Despite hints from Democrats that defense spending is just as much a potential problem as other discretionary programs, Republicans — especially Senate Minority Whip Jon Kyl (Ariz.), a member of the super committee — have bristled at the idea of slashing more funds from the Department of Defense. The issue is of particular note because if the super committee fails, mandatory across-the-board spending cuts, including about $500 billion from security-based discretionary spending, will be enacted over the next decade.
Republicans explored the possibility of Congress repealing the defense part of the mandatory cuts, while Democrats elicited agreement from Elmendorf that doing so might worsen the nation's budget outlook.
Kyl today also asked questions about how the president's recent announcement of a more immediate drawdown in Iraq might affect the budget office's baseline calculations. He appeared to be trying to make a point that including the withdrawal from Iraq as budget savings would be a gimmick that could backfire on the panel.
"This news from the administration is a factor that will presumably affect the funding they request and the funding Congress enacts but not necessarily in a one-to-one way that we could analyze," Elmendorf said. According to Elmendorf, discretionary spending accounts for 40 percent of the government's budgetary outlays, but half of that is for defense programs. The CBO chief noted that in the long run, continuing to cut into nondefense spending would have real "human costs."
"Over time, cuts in discretionary spending reduce, in general, the services that the American public receives — services in protection against foreign enemies, services in the highways they can use or the national parks they can visit or other sorts of programs," Elmendorf said in response to a question from Murray. "Those cutbacks have a variety of human costs. They can also have economic costs, depending on the nature of the cutback."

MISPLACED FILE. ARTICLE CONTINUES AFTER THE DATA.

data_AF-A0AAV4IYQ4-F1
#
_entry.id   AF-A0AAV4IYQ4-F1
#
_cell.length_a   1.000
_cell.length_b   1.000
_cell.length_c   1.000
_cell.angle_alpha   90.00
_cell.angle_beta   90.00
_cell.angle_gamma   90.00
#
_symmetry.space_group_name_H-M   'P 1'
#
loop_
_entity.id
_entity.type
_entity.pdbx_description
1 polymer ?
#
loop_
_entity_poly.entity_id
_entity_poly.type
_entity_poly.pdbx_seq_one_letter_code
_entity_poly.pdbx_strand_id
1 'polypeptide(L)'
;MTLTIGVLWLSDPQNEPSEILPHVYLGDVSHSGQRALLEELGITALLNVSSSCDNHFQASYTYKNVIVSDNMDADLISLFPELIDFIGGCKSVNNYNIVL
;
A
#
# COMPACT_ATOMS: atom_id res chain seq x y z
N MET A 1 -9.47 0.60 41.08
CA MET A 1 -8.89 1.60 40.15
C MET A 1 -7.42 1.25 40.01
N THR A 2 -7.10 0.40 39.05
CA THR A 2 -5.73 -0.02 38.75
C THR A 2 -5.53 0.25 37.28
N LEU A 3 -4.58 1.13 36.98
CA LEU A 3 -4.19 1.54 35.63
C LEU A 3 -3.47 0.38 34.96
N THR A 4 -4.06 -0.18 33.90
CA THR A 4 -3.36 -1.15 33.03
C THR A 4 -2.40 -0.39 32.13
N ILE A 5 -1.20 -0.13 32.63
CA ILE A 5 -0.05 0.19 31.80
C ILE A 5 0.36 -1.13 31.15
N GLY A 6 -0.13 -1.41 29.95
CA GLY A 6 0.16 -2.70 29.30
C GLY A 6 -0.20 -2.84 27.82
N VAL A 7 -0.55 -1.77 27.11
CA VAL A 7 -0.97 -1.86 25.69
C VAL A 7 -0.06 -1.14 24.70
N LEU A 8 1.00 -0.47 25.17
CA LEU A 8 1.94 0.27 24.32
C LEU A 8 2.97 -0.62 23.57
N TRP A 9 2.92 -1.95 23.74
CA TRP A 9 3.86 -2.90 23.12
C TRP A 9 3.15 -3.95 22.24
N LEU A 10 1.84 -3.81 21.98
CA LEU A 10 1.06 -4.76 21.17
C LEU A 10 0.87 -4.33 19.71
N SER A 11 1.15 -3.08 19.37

Though entitlement reform and taxes weigh heavily on the 12-member bipartisan, bicameral panel, lawmakers stuck pretty closely to the hearing's stated task of discussing discretionary outlays.
The public hearing came just a day after Democrats made a presentation to the full super committee outlining their first potential offering of a deficit reduction plan — a presentation Roll Call first reported about Tuesday night. Sources confirmed today that the package presented would implement $2.5 trillion to $3 trillion in cuts during the next decade. It would include tax increases that would nearly equal spending cuts.
The other issue plaguing the committee is what budget assumptions to make in order to score whatever proposal it generates. Where the panel starts and what it can assume in automatic savings — from the expiration of the Bush-era tax cuts extended by President Barack Obama or from a drawdown in troops abroad, for example — could dictate how much it needs to cut.